Monday, December 6, 2010

Hobo: Play play play, edit edit edit, do stuff...

So, I'm about ready to do something grounded with the Hobo/Heroku/Git/RubyOnRails/Rails technology stack.

One of the really sad things about the present state of Web technology, is the amount of preliminary technology stack setup that has to go on just in order to get to the starting position. That's another series of posts right there, but I digress.

A cool thing about OSX is that it allows terminal sessions to be pre-configured to launch commands, then bundled into groups, so I can launch (a) a regular command window in which to run shell commands or rails consoles (b) a terminal in which to run the development server (c) a terminal in which to run Jasmine (d) a terminal in which to run rake, rspec, steak, cucumber, etcetera and (e) a MacVim with NerdTree; and have them all pre-configured with the right shell, Ruby, and Gems.   A featherweight setup for development of a specific application can be configured within a few minutes and launched with one click. But again, I digress.

Start up the server for Leapercan; oops -- my other logged in user has a Rails 3 app running on port 3000 -- need to use -p option to make this one run on, Idunno, port 3030.

/script/server -p 3030

Huh. MySQL gives an error:

Can't connect to local MySQL server through socket '/tmp/mysql.sock' (2)

OK, this isn't the first time MySQL has gone AWOL under OSX. I'm still wondering why this is happening. Workaround seems to be: ps -ef|grep mysql to get the PID of the MySQL server, then kill $PID or kill -9 $PID to force the service to start a new process. Of course, MySQL has been installed to load automatically as a process upon boot, and to restart if it is ever killed. Killing the MySQL process works.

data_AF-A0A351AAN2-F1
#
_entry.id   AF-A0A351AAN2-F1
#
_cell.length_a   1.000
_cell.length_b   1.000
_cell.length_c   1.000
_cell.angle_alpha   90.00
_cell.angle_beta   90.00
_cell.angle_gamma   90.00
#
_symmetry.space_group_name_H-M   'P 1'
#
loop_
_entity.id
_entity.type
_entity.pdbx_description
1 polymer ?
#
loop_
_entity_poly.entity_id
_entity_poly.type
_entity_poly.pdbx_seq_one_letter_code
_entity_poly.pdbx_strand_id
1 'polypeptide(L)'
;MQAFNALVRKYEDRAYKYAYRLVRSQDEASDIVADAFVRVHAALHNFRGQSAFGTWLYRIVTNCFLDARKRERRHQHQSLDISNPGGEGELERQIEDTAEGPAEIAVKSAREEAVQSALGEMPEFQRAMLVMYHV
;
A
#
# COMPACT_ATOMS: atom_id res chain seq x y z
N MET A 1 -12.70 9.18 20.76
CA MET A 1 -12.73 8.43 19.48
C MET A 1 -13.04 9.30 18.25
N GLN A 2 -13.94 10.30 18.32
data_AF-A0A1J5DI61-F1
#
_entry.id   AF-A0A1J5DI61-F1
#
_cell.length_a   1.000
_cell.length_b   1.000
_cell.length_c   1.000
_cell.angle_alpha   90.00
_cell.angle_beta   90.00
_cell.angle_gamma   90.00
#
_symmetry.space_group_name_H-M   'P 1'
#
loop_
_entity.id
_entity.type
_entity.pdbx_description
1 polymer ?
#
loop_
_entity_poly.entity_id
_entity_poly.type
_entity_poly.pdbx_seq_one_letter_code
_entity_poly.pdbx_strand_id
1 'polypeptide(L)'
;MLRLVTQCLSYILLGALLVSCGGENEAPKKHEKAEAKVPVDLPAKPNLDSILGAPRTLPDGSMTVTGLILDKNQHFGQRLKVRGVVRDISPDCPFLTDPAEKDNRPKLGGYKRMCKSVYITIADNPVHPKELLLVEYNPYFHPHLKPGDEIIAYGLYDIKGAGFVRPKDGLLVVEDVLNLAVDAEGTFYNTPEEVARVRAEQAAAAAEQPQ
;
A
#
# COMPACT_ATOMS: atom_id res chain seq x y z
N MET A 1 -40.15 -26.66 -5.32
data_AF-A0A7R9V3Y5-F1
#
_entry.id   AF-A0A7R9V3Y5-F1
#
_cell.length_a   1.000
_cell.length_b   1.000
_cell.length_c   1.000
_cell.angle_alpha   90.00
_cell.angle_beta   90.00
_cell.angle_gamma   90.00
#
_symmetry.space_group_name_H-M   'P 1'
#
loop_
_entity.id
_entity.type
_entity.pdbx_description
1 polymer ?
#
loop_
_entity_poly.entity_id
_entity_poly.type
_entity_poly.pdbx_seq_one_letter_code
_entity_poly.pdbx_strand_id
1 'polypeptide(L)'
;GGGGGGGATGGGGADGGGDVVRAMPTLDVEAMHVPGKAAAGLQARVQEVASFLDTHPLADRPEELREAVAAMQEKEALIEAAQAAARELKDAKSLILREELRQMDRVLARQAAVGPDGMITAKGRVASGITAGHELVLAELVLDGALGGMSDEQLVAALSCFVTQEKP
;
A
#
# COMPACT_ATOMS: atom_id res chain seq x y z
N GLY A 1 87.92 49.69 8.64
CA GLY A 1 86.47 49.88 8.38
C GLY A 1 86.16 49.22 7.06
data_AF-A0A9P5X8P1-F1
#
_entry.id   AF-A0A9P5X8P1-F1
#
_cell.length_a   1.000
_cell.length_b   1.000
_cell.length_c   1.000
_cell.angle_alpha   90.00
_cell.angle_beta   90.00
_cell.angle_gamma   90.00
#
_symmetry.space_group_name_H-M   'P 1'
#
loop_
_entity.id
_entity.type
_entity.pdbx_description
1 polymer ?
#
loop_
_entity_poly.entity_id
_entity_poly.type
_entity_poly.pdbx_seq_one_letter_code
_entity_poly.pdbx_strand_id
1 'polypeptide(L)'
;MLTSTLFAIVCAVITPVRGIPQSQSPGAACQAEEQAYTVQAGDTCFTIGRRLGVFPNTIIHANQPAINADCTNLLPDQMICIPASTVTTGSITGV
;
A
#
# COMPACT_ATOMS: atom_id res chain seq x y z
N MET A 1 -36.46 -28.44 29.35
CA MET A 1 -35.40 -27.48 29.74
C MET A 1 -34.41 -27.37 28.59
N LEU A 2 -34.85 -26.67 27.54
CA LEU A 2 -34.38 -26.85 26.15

Ah, but alas, now it is really late, and I've got to pause again. Perhaps the next thing I'll do is create a questionnaire application -- something to play out 25 questions or so in order, and capture the results in a simple table. I'll use a one-time-pad to provide some measure of scope of access, to limit the visibility of the questionnaires to just those who should be authorized to fill one out.

I'll also need a time-limited list of authorizations -- basically just a mapping of user identities to scope identifiers.  Both elements of the mapping could be opaque, but the user identities should be supplied externally. The idea here is that an institutional user should be able to load up a list of authorizations for a one-time use.

Another aspect of the system: the user interface should be Web based and targeted toward mobile platforms, particularly the iPhone/iPad/iPod Touch or similar Android devices. It should not give any special consideration toward working on an IE browser or any other insecure platforms.
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